So yes, Enterprise Plus provides extra value, but the question remains: Does it give enough value?

3  Comments on this Post

 
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  • vanzylw
    Additionally you get 12-core per processor support, 8-way vSMP and > 256GB memory per host in Enterprise Plus and only 6-core per processor support, 4-way vSMP and 256GB max memory per host in Enterprise.
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  • OmarSultan
    Edward: As always, customers need to make their own choices and understand the ROI on a particular spending decision, so the Nexus 1000V is far from a panacea, but I also think it is unfair to say that the N1KV and vDS are "not necessary for the proper management of their enterprise virtual environment". Perhaps, if their virtual server environment as reached a steady state they are happy with, and, like you, they have the skills, background, and time to author scripts and manage the integration of multiple tools it might be a true statement. However, guidance from our customers would indicate that this is not true for most of them. They want to virtualize more of their workloads and more types of workloads and they want to take better advantage of vMotion and features like DRS, but the current environment acts as an inhibitor. Network Instruments just conducted a survey of 120 IT managers at InterOp, where 55% of the respondents said they were running into problems. Of that group, 27% noted lack of visibility to troubleshoot problems and 21% expressed concerns over security. This is consistent with the feedback we have been getting and is exactly the reason we joined forces with VMW to address the problem. So, I would offer the value of Enterprise Plus + Nexus 1000V is to virtualize more workloads and make more aggressive use of vMotion and related features such as DRS to drive faster and broader deployment of server consolidation and virtualization. This will reduce overall server infrastructure TCO through reduced CapEx (buy less servers) and OpEx (more efficient use of serves, less servers=lower power, cooling, rackspace, cabling). Regards, Omar Sultan Cisco blogs.cisco.com/datacenter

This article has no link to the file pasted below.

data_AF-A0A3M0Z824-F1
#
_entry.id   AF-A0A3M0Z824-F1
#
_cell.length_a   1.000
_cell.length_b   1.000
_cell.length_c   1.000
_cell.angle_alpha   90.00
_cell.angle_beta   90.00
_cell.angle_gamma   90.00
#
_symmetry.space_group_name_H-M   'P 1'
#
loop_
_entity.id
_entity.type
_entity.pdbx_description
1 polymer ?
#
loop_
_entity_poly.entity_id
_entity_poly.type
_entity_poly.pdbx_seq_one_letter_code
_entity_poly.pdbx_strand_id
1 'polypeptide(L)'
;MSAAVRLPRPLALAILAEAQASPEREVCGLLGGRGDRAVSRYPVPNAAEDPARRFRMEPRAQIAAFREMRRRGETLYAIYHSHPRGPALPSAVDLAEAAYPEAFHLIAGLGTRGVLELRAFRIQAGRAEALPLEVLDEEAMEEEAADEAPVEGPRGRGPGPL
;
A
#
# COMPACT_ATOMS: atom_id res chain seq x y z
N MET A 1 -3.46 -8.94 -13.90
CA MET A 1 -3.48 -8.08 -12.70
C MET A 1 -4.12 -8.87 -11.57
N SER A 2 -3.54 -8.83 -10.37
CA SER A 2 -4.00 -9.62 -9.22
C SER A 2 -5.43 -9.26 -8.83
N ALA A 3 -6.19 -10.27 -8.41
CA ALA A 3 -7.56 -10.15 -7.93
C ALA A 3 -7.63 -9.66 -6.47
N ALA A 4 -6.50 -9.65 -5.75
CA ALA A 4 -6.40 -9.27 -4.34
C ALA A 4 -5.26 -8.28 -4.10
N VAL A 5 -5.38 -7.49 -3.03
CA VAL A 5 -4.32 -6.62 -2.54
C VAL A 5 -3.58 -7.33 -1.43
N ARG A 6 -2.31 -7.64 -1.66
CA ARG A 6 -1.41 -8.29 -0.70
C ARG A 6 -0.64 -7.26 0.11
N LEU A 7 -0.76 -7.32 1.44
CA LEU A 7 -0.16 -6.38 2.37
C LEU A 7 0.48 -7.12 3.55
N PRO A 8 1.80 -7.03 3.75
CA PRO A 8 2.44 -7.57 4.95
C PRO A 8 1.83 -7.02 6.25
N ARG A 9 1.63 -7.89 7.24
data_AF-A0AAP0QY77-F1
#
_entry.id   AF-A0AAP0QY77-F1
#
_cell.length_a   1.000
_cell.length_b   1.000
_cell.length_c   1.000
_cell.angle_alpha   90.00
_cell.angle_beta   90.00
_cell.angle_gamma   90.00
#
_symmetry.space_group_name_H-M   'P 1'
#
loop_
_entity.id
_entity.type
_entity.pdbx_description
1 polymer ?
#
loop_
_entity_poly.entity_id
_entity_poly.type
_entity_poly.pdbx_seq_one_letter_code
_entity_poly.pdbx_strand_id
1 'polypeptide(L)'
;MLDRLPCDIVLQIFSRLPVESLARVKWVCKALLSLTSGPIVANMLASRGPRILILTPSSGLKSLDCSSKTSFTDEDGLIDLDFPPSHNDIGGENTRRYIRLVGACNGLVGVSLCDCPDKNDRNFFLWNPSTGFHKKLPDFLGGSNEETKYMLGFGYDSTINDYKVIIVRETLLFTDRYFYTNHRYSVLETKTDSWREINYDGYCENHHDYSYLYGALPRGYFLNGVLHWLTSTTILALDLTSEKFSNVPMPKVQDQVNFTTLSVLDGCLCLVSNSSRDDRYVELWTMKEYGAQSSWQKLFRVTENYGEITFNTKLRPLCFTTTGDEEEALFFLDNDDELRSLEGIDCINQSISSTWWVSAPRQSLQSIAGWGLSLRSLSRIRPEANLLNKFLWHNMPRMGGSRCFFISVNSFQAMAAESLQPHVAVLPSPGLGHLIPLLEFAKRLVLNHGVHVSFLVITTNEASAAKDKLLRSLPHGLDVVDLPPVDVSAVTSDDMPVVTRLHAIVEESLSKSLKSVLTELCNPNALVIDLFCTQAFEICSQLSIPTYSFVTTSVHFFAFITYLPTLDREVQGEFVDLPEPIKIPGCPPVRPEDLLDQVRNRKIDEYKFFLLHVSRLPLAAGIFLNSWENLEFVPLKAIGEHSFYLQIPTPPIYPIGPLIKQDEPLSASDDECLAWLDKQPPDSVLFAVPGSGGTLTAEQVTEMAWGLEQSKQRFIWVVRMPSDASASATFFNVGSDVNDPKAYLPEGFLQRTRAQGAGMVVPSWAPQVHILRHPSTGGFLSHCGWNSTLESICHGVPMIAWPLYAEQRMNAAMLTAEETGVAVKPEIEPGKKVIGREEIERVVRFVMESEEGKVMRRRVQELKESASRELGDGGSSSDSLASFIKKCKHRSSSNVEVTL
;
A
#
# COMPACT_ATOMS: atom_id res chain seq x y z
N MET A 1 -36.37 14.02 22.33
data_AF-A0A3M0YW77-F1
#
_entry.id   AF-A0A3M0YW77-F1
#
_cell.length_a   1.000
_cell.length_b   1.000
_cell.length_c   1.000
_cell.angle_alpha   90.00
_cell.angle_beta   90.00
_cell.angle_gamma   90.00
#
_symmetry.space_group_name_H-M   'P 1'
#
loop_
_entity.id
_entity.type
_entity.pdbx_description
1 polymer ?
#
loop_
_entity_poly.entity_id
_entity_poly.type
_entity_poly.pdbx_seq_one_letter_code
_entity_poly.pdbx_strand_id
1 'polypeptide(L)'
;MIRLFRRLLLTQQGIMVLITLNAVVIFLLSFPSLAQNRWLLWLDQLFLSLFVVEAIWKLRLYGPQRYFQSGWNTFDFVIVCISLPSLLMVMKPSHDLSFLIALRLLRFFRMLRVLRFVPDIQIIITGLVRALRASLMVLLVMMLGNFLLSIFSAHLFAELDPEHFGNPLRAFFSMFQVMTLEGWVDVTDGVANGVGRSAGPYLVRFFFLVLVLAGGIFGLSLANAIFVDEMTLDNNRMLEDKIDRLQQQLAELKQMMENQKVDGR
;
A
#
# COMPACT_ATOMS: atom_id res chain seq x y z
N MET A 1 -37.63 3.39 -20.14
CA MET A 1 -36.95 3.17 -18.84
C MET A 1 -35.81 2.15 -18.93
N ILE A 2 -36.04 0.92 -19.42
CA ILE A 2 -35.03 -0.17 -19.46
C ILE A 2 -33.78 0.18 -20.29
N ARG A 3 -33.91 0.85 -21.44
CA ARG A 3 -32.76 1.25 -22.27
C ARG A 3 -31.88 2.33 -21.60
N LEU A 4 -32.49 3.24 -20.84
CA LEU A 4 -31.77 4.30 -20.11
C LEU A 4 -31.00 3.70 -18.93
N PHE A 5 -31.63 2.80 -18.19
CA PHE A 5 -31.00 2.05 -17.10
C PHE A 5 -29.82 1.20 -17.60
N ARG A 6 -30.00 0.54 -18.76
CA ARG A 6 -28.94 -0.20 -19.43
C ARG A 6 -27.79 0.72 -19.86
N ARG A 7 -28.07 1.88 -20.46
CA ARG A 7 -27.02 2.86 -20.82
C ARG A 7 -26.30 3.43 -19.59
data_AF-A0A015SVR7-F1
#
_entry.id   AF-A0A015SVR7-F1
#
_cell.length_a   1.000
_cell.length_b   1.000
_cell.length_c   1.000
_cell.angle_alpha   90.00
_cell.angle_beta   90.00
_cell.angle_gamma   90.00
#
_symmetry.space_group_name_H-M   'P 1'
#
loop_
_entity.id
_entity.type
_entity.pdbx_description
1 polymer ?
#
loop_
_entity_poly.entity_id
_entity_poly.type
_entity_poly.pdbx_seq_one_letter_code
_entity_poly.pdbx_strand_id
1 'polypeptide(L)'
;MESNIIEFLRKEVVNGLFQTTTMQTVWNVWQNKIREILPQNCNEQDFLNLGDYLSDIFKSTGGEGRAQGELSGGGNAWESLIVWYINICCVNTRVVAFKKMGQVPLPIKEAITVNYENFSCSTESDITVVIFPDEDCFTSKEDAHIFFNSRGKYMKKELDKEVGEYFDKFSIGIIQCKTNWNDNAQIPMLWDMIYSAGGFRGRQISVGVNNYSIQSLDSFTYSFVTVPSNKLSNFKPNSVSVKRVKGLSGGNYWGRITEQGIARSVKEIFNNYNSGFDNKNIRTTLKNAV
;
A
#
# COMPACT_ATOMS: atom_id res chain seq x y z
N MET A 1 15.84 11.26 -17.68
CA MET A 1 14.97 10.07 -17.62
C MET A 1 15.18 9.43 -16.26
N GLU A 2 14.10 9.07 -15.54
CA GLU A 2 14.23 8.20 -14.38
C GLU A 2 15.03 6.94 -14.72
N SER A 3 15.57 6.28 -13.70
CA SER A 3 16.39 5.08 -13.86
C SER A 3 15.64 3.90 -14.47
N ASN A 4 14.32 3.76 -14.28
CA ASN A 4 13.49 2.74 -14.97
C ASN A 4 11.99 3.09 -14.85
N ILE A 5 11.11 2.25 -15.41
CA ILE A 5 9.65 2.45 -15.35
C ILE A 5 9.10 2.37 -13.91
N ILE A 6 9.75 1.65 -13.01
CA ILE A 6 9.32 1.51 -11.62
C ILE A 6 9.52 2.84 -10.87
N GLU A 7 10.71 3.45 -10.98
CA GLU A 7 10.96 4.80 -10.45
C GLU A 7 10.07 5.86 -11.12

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  • Seal
    Omar With all due respect VMware threw a custard pie in cisco's face after working together on the networking piece. By overcomplicating the licensing and appearing to take its customers on a jolly, they effectively put nexus 1000v in the bin. Alot of existing customers are trying to reduce capital spend and are not likely to refresh hardware for new single processor servers which are also likely to be very costly. So existing customer may need to upgrade to the ent plus license at the end of their current SSN which would cost an extra $600 per socket so do the maths for a 4 processor server x 20 ESX hosts. For new customers there no complication they just won't bother because the initial outlay is too big and the uncertainity of the enterprise license just adds another spanner to the works. VMware ESX used to be an easy sell but its just become alot harder to sell. A potential customer who run an eval of VI3 has just developed cold feet when I presented the licensing to them and are now considering buying blades instead of VMware. Job well done VMware!